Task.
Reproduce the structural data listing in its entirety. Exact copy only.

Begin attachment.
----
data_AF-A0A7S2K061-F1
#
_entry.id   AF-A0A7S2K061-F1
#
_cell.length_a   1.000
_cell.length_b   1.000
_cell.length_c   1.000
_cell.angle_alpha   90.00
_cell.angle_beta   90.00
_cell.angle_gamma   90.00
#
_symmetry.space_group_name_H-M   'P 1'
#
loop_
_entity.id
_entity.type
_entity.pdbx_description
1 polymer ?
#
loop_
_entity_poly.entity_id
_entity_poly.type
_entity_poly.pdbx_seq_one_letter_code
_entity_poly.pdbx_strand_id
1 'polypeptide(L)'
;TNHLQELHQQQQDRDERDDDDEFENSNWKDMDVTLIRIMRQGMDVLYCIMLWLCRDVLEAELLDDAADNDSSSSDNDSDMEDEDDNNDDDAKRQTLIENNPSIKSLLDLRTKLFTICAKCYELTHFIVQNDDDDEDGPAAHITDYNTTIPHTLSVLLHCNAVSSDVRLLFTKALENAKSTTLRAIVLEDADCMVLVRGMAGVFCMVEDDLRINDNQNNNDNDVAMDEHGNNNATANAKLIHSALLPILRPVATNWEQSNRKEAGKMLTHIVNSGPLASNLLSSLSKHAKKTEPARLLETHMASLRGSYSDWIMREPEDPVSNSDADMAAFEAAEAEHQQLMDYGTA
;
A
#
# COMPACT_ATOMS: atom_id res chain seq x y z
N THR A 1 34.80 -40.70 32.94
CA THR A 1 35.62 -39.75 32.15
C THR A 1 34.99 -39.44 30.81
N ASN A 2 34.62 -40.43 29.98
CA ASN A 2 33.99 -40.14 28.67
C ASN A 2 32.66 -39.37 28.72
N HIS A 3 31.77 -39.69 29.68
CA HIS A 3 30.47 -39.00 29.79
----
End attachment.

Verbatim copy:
data_AF-A0A7S2K061-F1
#
_entry.id   AF-A0A7S2K061-F1
#
_cell.length_a   1.000
_cell.length_b   1.000
_cell.length_c   1.000
_cell.angle_alpha   90.00
_cell.angle_beta   90.00
_cell.angle_gamma   90.00
#
_symmetry.space_group_name_H-M   'P 1'
#
loop_
_entity.id
_entity.type
_entity.pdbx_description
1 polymer ?
#
loop_
_entity_poly.entity_id
_entity_poly.type
_entity_poly.pdbx_seq_one_letter_code
_entity_poly.pdbx_strand_id
1 'polypeptide(L)'
;TNHLQELHQQQQDRDERDDDDEFENSNWKDMDVTLIRIMRQGMDVLYCIMLWLCRDVLEAELLDDAADNDSSSSDNDSDMEDEDDNNDDDAKRQTLIENNPSIKSLLDLRTKLFTICAKCYELTHFIVQNDDDDEDGPAAHITDYNTTIPHTLSVLLHCNAVSSDVRLLFTKALENAKSTTLRAIVLEDADCMVLVRGMAGVFCMVEDDLRINDNQNNNDNDVAMDEHGNNNATANAKLIHSALLPILRPVATNWEQSNRKEAGKMLTHIVNSGPLASNLLSSLSKHAKKTEPARLLETHMASLRGSYSDWIMREPEDPVSNSDADMAAFEAAEAEHQQLMDYGTA
;
A
#
# COMPACT_ATOMS: atom_id res chain seq x y z
N THR A 1 34.80 -40.70 32.94
CA THR A 1 35.62 -39.75 32.15
C THR A 1 34.99 -39.44 30.81
N ASN A 2 34.62 -40.43 29.98
CA ASN A 2 33.99 -40.14 28.67
C ASN A 2 32.66 -39.37 28.72
N HIS A 3 31.77 -39.69 29.68
CA HIS A 3 30.47 -39.00 29.79